Hope dreams of working backstage in a theatre, and she's determined to make it without the help of her famous costume-designer mum. So when she lands an internship on a major production, she tells no one. But with a stroppy Hollywood star and his hot young understudy upstaging Hope's focus, she's soon struggling to keep her cool...and her secret.
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Maggie Harcourt was born and raised in Wales, where she grew up telling stories. She now lives just outside Bath, and spends most of her time trying to convince her family that she knows what she's doing - but she's still telling stories.
Visit maggiehaha.tumblr.com/ to find out more.
ACT ONE: AUDITION
That’s only…what, nine hundred seconds – right?
Nine hundred seconds late feels so much better than quarter of an hour late. Doesn’t it?
Okay, so no. I’m fifteen minutes late.
And what that makes me is screwed.
My umbrella turns itself inside out thanks to the March mini-hurricane blowing round the corner of the building. Funnelled between the long, low warehouses of the industrial estate, the gusts are even stronger here than they were on the main road. At least back there the rain just fell downwards; now it’s going every possible kind of sideways…and I swear some of it’s actually coming back up at me. I ditch the umbrella. It’s blatantly not helping.
Unit thirty-two, unit thirty-two…
Come on, come on, come on…
And a dead end.
You have got to be kidding me.
I turn around and swim back up the road to the sign that lists all the businesses and companies on the estate with their unit numbers, looking for anything that even remotely resembles Earl’s Theatre Rehearsal Room. Or Theatre. Or even Room.
Basically, at this point I’ll take anything that’s legible.
Five minutes later, I shove open a battered metal door in a red, two-storey unit – the mythical unit thirty-two, which turned out to be on a completely different road and in between unit number forty-one and unit number ninety-three (although perhaps that’s only on Thursdays – maybe on Wednesdays and alternate Sundays it’s next to unit thirty-three, just for fun). I peel off my soaked coat. Inside is…not quite what I was expecting. The front section of the unit has been divided off to make an entrance space; there’s an empty clothes rack nailed to the side wall, so I hang my coat on one of the pegs, where it drips gently. The reception area is deserted, and the only furniture is a sagging, slightly grubby sofa and a little glass table next to it, piled with crumpled back-issues of The Stage and an old dog-eared copy of the Spotlight Contacts book.
This is not even close to how I imagined the entrance to the rehearsal room of a theatre like the Earl’s would look. I think I’d pictured…I don’t know, maybe something a little cleaner? A plush velvet sofa, maybe. Gleaming floor-to-ceiling windows with natural light streaming in and a waxed wooden floor.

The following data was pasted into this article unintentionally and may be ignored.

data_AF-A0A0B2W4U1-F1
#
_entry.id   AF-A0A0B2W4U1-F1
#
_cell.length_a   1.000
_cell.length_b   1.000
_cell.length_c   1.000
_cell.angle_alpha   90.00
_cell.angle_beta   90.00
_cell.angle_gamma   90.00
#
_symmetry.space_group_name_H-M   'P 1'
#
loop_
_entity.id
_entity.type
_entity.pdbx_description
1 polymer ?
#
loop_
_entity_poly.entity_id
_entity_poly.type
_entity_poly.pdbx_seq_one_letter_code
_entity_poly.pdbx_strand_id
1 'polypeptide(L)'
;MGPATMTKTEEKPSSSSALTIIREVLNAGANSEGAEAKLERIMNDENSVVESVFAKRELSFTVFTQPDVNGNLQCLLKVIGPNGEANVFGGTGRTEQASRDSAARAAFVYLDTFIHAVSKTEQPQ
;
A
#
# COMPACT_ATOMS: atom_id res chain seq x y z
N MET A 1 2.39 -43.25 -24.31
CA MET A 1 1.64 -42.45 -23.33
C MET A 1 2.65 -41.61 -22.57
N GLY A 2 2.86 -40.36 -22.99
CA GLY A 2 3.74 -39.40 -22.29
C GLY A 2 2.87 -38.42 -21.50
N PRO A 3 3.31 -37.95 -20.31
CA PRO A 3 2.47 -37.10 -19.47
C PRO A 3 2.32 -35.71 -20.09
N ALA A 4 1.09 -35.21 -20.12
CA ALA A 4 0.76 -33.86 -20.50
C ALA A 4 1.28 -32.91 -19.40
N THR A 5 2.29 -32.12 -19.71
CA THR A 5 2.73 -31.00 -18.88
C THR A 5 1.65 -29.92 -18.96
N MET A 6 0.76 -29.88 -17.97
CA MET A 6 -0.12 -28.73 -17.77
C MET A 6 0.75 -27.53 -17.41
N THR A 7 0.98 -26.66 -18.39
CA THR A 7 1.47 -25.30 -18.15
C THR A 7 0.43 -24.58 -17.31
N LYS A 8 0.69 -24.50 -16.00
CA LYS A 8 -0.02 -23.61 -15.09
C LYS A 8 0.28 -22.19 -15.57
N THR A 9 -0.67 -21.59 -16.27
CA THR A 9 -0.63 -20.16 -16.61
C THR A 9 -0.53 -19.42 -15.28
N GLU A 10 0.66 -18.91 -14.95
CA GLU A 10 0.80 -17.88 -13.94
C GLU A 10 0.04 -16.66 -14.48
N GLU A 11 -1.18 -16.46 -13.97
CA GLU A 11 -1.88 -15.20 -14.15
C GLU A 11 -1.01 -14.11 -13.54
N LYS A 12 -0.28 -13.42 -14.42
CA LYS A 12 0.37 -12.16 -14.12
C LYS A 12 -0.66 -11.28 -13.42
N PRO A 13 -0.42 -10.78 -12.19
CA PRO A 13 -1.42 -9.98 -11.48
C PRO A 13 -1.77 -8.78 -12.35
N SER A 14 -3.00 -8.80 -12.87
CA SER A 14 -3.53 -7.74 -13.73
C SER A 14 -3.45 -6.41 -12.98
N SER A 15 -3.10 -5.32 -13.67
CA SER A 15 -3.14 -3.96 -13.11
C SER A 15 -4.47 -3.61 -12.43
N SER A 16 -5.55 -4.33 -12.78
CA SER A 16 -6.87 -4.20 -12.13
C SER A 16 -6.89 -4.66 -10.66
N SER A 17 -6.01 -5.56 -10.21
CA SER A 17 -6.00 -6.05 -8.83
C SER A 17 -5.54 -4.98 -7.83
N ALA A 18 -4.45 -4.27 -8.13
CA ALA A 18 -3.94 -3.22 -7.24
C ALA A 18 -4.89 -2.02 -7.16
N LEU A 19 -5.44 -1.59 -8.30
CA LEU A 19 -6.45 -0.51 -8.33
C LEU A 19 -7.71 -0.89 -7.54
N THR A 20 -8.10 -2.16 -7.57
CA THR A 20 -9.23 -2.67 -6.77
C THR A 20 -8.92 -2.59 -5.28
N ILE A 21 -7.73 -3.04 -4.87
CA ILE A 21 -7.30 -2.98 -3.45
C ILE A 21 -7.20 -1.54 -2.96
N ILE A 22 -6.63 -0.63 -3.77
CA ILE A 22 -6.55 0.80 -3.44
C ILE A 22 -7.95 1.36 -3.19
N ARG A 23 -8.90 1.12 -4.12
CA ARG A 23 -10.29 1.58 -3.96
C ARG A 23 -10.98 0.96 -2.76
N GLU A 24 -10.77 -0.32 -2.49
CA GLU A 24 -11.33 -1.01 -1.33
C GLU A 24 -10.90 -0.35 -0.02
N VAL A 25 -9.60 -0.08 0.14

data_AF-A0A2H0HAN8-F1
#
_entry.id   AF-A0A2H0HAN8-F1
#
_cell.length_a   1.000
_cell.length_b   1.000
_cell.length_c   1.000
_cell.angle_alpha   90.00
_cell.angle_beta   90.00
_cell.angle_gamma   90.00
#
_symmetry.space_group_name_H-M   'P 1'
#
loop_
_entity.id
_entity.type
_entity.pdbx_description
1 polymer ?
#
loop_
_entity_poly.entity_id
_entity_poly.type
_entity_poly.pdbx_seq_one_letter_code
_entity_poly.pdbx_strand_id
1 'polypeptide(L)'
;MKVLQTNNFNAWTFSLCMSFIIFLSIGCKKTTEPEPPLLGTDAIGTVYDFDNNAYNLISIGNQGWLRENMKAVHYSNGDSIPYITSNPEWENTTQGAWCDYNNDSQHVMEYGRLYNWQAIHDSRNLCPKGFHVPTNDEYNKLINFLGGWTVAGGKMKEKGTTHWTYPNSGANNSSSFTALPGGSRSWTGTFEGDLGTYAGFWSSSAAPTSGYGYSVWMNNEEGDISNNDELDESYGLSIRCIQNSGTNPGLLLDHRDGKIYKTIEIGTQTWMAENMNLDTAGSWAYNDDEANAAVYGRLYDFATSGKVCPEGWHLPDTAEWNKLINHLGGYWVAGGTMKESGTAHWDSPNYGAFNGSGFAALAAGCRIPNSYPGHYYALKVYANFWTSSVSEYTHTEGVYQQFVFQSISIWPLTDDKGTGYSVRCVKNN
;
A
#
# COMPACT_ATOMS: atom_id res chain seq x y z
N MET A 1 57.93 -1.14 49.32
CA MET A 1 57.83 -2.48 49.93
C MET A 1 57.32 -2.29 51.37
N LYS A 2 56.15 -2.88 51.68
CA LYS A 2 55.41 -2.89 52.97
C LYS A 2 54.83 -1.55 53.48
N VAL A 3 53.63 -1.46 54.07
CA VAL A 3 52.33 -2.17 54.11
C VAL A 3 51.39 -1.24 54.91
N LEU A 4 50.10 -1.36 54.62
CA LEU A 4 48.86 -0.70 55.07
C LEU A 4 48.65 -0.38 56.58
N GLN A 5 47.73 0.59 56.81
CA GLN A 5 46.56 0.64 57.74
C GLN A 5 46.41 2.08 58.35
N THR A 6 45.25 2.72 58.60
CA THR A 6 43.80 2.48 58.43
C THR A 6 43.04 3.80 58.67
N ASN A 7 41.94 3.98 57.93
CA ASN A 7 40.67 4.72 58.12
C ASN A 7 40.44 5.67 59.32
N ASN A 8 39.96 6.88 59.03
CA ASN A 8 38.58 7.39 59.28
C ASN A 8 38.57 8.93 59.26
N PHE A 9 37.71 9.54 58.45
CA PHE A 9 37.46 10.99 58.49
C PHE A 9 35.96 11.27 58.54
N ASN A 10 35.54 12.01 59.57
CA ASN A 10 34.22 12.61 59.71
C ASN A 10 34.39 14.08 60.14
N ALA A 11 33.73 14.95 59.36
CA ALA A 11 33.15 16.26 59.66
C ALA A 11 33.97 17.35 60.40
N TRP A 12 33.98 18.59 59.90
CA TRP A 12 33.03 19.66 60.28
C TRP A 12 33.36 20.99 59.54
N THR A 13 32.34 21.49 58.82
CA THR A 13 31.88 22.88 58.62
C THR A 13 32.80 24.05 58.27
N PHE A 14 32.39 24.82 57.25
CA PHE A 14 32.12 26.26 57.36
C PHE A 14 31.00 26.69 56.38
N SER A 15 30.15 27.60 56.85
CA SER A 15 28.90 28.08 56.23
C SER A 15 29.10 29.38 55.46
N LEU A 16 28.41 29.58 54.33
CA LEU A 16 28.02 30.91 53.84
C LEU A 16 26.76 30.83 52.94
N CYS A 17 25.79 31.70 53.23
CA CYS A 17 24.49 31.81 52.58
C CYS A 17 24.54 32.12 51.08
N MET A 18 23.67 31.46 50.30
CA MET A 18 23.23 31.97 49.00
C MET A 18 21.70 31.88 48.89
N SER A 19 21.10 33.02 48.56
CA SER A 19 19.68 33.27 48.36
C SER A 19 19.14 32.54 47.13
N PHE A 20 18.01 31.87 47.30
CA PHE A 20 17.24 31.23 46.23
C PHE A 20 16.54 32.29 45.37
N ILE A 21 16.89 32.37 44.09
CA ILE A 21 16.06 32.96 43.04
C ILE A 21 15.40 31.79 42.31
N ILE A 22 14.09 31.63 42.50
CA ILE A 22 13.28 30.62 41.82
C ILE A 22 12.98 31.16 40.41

Wrong on all counts.
My voice bounces off the dingy grey walls, coming straight back to me. This is how horror films start, says a small voice that belongs to a bit of me I almost certainly don’t want to listen to. It really is.
Beyond the sofa is another door – a blue one this time, with a small, neatly-printed card taped to it.
(Knock & enter.)
I wonder whether whoever typed it meant to make it as passive-aggressive as they have by adding the full stops. Who adds punctuation to a sign like that?
I squeeze as much rainwater out of my hair as I can, and I knock. Full stops or not.
The room on the other side is much, much larger – it’s actually kind of like my school’s gym hall. It even has the same floor tiles, but with dozens of little black-and-yellow taped crosses and Ls stuck to them. The main difference, though, is the back wall – the whole thing here is taken up by a huge pinboard, where hundreds of sketches, colour printouts and pages of notes flutter in a draught. And in front of it all, smack in the middle of the hall, is a table where three men and one woman are sitting – looking incredibly bored and not a little annoyed.
“Uh, hi?” I raise a hand, hoping they didn’t spot the water that just dripped off my elbow. “Hope Parker. I’m here for the internship interview? I’m really sorry, I got…”
“Drowned?” says one of the line-up, barely glancing up from the book he’s reading. He smirks at his own joke, then arches an eyebrow at me and drops the paperback – the novel about magicians that everyone seems to be reading lately, dog-eared and thick with Post-it notes poking out – on the floor with a bang. I recognize him almost immediately and want to curl myself into a ball in the middle of the floor and never speak or move or do anything again. Because it’s Rick Hillier. I finally get to meet Rick Hillier, my favourite actor, my favourite director, my favourite everything…and I’m late and approximately ninety-seven per cent rain. Excellent.
This pacey novel romps through the highs and lows of essential-but-shadowy back stage support and front of stage theatrics and personality dramas. The story arc moves well and different plot strands peak and trough with a pleasing narrative pace and resolution.
Morag Charlwood, Armadillo
This book is so friggin' cute you guys, I can't even. I'm well out of the target age range for young adult novels but I swooned hard over protagonist's Hope's crush Luke, let me tell you that. And Hope herself was such a great main character...If you're already a very stagey person you'll also love the insight you'll get into the inner workings of putting on a play. And if not, you'll be converted to a theatre geek by the end of it.
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